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3 Ousted Veteran Commanders Win Reinstatement, Back Pay

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By Allison Klein and Clarence Williams
Washington Post Staff Writers
Saturday, May 17, 2008

Three veteran D.C. police commanders, whose dismissals a decade ago created a community uproar, were reinstated this week after winning a court fight that also awards them back pay.

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Winfred L. Stanley, 58, Reginald L. Smith, 59, and John C. Daniels, 58, reported to the Police Academy for retraining and are awaiting their new assignments. Their return to duty was cleared by the D.C. Court of Appeals, which recently ruled that they were coerced into retiring by Sonya T. Proctor, the then-acting police chief.

"They're looking forward to going on with their careers interrupted by appalling lack of judgment," their lawyer, Stephen C. Leckar, said yesterday.

Leckar said all three men are ready to return to work -- even though Smith turns 60 in August and faces mandatory retirement. Chief Cathy L. Lanier signed off on the decision to bring them back instead of continuing the legal fight.

Though the exact amount has not been set, the city could be forced to pay more than $1 million in back pay and lawyers' fees. The sum the commanders get will be based on a formula that takes into account how much they've received from pensions and other employment, among other factors. The reinstated commanders will be paid about $157,500 a year, not including seniority supplements, police said. When they left the department, the three were paid about $68,000 annually, not including extra money for longevity.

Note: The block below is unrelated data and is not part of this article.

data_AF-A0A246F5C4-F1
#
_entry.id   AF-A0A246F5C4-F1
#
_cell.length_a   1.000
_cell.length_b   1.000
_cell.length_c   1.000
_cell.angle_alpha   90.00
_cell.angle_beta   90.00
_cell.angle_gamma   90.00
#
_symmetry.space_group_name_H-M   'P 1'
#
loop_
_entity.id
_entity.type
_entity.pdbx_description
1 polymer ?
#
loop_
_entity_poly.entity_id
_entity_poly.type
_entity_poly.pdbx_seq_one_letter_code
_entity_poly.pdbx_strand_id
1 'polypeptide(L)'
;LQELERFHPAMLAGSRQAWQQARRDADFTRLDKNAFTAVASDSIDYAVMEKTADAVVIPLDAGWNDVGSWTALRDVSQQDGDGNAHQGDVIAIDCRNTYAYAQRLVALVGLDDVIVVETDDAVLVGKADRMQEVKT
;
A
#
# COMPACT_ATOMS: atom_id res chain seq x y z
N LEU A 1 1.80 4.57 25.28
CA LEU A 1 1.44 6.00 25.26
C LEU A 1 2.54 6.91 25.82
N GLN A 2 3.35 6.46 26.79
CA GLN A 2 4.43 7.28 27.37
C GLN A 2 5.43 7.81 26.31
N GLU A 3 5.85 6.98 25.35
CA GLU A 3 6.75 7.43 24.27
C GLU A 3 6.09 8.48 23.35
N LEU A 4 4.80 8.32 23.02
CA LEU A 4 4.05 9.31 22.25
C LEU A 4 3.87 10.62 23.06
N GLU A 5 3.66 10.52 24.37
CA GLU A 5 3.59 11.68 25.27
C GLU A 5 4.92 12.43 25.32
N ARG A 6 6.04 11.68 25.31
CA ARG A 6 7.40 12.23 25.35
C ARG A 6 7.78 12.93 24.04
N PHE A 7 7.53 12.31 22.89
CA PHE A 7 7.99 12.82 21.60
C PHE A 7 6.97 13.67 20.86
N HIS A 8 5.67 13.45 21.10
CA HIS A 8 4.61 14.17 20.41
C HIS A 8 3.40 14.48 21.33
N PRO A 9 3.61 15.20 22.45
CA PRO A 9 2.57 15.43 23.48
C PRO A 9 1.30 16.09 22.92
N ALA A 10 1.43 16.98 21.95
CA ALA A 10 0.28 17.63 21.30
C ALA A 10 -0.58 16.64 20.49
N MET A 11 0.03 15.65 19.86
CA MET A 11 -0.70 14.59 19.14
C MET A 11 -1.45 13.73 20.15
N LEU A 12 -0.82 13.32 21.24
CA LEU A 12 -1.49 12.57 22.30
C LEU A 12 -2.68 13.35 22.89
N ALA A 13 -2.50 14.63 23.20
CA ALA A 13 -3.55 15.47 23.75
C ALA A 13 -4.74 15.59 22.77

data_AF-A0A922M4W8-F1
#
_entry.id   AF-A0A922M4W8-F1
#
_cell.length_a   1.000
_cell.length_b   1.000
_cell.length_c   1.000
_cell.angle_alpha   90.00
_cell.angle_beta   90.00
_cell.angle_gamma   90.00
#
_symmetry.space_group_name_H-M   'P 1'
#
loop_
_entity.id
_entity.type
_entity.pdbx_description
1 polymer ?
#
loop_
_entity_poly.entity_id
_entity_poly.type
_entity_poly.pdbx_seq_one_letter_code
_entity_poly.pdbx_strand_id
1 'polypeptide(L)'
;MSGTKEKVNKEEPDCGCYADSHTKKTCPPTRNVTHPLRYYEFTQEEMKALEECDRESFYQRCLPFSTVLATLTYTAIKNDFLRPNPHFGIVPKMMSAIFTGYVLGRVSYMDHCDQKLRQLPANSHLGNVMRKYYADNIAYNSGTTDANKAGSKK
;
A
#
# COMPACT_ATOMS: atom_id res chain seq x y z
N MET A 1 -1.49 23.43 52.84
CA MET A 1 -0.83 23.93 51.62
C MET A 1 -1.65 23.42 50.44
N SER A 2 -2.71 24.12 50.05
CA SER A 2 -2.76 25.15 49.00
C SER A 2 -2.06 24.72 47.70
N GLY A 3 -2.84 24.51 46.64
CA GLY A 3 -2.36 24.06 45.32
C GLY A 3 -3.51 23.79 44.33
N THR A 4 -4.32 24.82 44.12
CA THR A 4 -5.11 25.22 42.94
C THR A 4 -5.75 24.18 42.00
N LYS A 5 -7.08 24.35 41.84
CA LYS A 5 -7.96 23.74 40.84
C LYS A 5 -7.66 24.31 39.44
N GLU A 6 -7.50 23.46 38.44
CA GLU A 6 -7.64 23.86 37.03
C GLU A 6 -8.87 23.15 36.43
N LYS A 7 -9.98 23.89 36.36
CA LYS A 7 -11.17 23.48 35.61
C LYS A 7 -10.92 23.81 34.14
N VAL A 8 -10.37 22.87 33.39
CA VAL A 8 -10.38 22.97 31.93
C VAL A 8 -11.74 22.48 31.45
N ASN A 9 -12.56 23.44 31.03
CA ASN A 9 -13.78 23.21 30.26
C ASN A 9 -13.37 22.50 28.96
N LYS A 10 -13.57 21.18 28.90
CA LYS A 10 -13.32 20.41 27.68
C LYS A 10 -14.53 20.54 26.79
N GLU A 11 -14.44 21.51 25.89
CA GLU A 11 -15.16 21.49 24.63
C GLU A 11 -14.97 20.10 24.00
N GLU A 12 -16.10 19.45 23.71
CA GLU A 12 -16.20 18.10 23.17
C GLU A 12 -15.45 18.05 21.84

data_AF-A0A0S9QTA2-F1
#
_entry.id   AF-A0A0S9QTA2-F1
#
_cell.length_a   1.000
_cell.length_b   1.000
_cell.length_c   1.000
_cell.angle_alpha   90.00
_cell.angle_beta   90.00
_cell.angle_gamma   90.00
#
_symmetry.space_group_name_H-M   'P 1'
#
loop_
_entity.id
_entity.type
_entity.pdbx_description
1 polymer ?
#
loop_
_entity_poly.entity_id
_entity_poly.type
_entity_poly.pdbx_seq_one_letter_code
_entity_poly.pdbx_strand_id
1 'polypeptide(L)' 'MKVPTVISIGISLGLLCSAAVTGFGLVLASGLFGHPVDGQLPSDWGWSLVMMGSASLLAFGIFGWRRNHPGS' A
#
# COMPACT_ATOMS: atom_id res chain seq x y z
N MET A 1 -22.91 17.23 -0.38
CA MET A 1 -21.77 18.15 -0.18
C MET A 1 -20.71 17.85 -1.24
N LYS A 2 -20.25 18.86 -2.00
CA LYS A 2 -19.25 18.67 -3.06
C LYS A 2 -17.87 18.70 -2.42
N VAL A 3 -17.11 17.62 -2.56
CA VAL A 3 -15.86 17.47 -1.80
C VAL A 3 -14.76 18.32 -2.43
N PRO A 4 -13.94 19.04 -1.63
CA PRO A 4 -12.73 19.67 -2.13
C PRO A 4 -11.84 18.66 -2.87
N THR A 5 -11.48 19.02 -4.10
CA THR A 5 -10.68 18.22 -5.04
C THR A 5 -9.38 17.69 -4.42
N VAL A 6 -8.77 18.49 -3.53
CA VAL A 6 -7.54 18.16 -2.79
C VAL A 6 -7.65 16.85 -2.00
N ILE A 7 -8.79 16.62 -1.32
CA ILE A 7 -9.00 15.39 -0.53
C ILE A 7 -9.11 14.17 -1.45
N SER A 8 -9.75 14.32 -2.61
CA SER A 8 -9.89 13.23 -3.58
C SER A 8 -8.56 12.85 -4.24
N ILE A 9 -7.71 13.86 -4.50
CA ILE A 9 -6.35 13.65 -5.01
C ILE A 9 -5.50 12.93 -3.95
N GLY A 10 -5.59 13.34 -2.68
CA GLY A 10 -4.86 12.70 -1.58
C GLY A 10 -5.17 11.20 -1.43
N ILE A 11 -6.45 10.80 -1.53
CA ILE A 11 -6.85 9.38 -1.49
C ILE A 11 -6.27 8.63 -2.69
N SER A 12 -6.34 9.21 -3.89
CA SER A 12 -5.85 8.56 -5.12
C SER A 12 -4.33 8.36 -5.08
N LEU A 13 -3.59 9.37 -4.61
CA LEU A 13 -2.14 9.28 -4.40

Leckar has asked the city to pay his fees of about $700,000, court filings show.

The turmoil began in February 1998, when, at Proctor's behest, Assistant Chief Robert C. White told the men that they were losing their positions. White gave them hours to decide if they wanted to retire. Daniels was given the option of taking a demotion to night supervisor.

The three commanders, who had each been with the department for at least 27 years, chose to retire to protect their pension benefits.

Council members and neighborhood residents criticized the moves, made while Proctor was competing to become the city's permanent police chief. All three commanders had run patrol districts and built followings within the community. Proctor gave no public explanation for the ousters. Weeks later, she was bypassed for chief in favor of Charles H. Ramsey, who came to Washington from Chicago.

The commanders and their lawyers contended that the retirements were coerced by unreasonable time constraints and that Proctor misrepresented her authority in forcing the choices.

Their fight for reinstatement began in U.S. District Court and moved to the D.C. Office of Employee Appeals, and then to D.C. Superior Court and the Court of Appeals, which ruled Feb. 28.

Proctor did not return calls seeking comment on the case yesterday.

After retiring in 1998, Smith became chief of the Howard University police department for several years and Stanley was a contract investigator for a government agency. It was unclear whether Daniels found employment.

The commanders declined to comment yesterday through Leckar. He said they are grateful to Lanier, who decided not to fight the case any longer and instead welcome them back.

"She met with them and said the past is the past," Leckar said.

Smith began as a patrol officer in 1971 and became 5th District commander in 1997. Stanley started with D.C. police as an undercover officer in 1970 and became 3rd District commander in February 1997. Daniels started his career as a police cadet in 1969 and became the 6th District commander in 1995.

Staff researcher Madonna Lebling contributed to this report.


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